Advance registration required: $20 ($15 for Museum members)

The Grove Street Cemetery, the first chartered burial ground in the United States, succeeded the previous common burial site at the New Haven Green. Its creation was prompted by the yellow fever epidemics in 1794 and 1795, which led to as many as 5,000 burials on the already crowded city green.

Sometimes referred to as the Westminster of Yale, this historic cemetery maintains the graves of early New Haven residents, fourteen Yale presidents, and hundreds of faculty members, alumni, and campus luminaries. Some of the many historic figures buried at the cemetery include Noah Webster, Eli Whitney, paleontologist O.C. Marsh, the “Father of American Football” Walter Camp, the inventor of vulcanized rubber Charles Goodyear, missionary Hiram Bingham, and Roger Sherman, signer of the Articles of Association, the Declaration of Independence, the Articles of Confederation, and the Constitution.

Professional Learning: Archaeology Field School for Educators
Dr. Brian Jones, State Archaeologist, CSMNH UConn
Monday, July 18 through Friday, July 22, 9 am to 3 pm – Windsor, CT
Advance registration required: Free for educators.

Educators can spend a week learning about archaeology at the Connecticut State Museum of Natural History and Connecticut Archaeology Center’s Field School for Teachers. This field school is designed to give educators who provide archaeological opportunities for students a deeper understanding of the ethical aspects of archaeology, as well as proper archaeological field techniques, data management, and reporting.

Participants will experience an authentic archaeological investigation, working with primary sources at a historic site. They will also learn about the role of the Connecticut Office of State Archaeology and how it can be an important resource in developing archeological lessons and activities for students. Space is limited. To request a registration form please contact David Colberg at david.colberg@uconn.edu or 860.486.5690.


Special UConn Bug Week Event
Department of Extension, UConn
Saturday, July 30, 1 pm to 3 pm – Tolland County Extension Center, Vernon, CT

Discover the wonderful world of bugs at this UConn Bug Week event. There will be indoor presentations, live insect specimens, and expert led walks identifying insects in their natural habitats. Visit the Connecticut State Museum of Natural History’s table to see a variety of insect specimens from its natural history collection. For additional Bug Week information visit http://bugs.uconn.edu.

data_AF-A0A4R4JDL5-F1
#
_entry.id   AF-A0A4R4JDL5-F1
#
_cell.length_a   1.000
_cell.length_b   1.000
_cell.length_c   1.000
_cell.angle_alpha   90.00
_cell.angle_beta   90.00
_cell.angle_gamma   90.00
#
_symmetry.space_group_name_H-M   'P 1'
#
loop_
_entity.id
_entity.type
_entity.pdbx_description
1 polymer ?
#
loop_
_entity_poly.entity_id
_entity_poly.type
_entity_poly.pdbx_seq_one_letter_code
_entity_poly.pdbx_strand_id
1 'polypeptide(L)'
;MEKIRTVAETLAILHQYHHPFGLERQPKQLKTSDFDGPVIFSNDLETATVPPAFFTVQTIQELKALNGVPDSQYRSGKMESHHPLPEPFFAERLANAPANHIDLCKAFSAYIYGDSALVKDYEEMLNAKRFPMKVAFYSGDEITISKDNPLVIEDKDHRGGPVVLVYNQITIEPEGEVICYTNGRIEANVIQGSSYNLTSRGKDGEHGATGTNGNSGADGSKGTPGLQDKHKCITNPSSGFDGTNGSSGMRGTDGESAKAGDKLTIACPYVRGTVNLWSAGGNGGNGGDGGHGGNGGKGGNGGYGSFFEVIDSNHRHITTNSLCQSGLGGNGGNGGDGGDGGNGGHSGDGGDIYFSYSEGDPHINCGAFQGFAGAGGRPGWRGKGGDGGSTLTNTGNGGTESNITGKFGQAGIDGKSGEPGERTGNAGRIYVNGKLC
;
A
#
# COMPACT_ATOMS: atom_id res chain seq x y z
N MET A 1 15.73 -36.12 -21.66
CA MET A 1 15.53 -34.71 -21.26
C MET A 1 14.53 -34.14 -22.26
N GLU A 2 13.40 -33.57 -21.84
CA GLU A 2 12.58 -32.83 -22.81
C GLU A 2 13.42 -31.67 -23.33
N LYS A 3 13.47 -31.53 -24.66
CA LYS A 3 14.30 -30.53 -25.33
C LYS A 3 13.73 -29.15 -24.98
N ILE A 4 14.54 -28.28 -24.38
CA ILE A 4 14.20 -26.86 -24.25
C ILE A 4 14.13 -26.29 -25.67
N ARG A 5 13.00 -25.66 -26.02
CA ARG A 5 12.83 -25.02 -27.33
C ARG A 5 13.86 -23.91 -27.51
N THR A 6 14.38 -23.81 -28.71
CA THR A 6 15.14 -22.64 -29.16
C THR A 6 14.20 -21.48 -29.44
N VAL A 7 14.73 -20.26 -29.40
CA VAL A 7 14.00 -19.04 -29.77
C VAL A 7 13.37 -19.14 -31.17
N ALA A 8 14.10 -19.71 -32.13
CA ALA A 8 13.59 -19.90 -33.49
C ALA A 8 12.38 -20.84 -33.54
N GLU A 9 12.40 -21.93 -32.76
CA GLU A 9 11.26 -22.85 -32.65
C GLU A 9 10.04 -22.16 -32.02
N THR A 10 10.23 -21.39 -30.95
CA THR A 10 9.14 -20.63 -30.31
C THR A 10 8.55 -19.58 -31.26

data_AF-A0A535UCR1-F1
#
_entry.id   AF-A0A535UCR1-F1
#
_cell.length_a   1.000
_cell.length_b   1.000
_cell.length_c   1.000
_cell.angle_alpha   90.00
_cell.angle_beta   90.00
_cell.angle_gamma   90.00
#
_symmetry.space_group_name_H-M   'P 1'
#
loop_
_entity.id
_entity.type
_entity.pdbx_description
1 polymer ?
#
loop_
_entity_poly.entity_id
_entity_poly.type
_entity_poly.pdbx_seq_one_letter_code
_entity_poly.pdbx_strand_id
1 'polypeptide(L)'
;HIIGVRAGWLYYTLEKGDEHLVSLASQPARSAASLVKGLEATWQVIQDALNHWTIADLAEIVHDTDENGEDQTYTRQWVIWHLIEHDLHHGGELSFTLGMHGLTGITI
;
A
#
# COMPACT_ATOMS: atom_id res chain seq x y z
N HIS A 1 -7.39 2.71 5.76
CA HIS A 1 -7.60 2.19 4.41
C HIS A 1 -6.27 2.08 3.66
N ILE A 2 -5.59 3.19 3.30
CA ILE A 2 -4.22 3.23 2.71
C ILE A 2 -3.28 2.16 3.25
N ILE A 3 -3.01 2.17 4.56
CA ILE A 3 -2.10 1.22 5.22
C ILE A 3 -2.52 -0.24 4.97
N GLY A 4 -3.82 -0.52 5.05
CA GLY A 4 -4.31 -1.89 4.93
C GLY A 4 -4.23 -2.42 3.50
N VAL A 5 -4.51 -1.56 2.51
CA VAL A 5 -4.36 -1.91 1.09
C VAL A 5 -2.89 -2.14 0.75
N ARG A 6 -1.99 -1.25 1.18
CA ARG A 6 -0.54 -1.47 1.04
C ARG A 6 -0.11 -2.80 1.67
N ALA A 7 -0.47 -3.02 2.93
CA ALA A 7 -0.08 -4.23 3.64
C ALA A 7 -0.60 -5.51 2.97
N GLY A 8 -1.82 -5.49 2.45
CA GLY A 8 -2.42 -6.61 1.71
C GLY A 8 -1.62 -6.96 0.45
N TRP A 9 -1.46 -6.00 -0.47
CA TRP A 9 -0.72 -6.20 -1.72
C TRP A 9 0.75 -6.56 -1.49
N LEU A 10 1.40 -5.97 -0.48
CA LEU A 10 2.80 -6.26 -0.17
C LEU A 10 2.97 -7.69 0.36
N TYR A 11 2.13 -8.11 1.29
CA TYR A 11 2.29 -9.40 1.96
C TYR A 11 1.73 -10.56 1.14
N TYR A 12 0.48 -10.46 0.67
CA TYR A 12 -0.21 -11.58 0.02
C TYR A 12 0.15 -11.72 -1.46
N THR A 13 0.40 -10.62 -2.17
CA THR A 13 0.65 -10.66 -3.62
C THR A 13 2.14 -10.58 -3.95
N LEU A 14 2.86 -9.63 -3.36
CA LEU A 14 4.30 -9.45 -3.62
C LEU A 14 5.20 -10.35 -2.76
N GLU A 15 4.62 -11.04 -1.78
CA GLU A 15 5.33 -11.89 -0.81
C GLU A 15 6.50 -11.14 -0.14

CSMNH Adult Archaeology Field School
Dr. Brian Jones, State Archaeologist, CSMNH UConn
Monday, August 1 through Friday, August 5, 9 am to 3 pm – Glastonbury, CT
Advance registration required: $200 ($100 for Members & Donors)
Adults and teens ages 16+

Spend a week learning about archaeology at the Connecticut State Museum of Natural History and Connecticut Archaeology Center’s Field School! This field school will cover the ethical aspects of archaeology, as well as proper archaeological field techniques and data management. As a member of this program, you will have the opportunity to participate in an official Connecticut Office of State Archaeology dig. Your findings will add important information to our understanding of Connecticut’s rich historic past!



Behind the Scenes Tour: Stony Creek Quarry
Darrell Petit, Stony Creek Quarry
Saturday, August 13, 10:00 am – Branford, CT
Advance registration required: $20 ($15 for Members & Donors)

Stony Creek granite crystallized around 360 million years ago, and the granite was first quarried in 1858. This distinctive granite makes up a great deal of New York City’s architectural history, from the pedestal of the Statue of Liberty and the walkways of 42nd and 34th Streets, to the prestigious college campus of Columbia University. It has also been integrated into the foundations of many city landmarks such as the Brooklyn Bridge and Grand Central Station. Today the valued granite is used throughout the world. Join Stony Creek Quarry’s Darrell Petit for a close up look at the famous quarry and discover how the large granite deposit formed millions of years ago, and how various quarrying methods evolved over time.

Hammonasset Shoreline Ecosystems
Meigs Point Nature Center Staff, Hammonasset State Park
Thursday, August 18, 10 am to 11:30 am, rain or shine - Madison, CT
Advance registration required: $15 ($10 for Museum members) All ages are welcome. Parking fees are not included.

Explore the ecosystems of Connecticut’s coast at Hammonasset State Park. Adjacent to Long Island Sound, in the shoreline town of Madison, the ecosystems of Hammonasset are swimming with life. From its sandy beach and rocky shore, to its salt marshes, Connecticut’s largest shoreline park is not only popular with beach-goers, but also a diverse collection of plants and animals that call this shoreline environment home. Join the Meigs Point Nature Center Staff and discover the characteristics of three ecosystems found at Hammonasset State Park.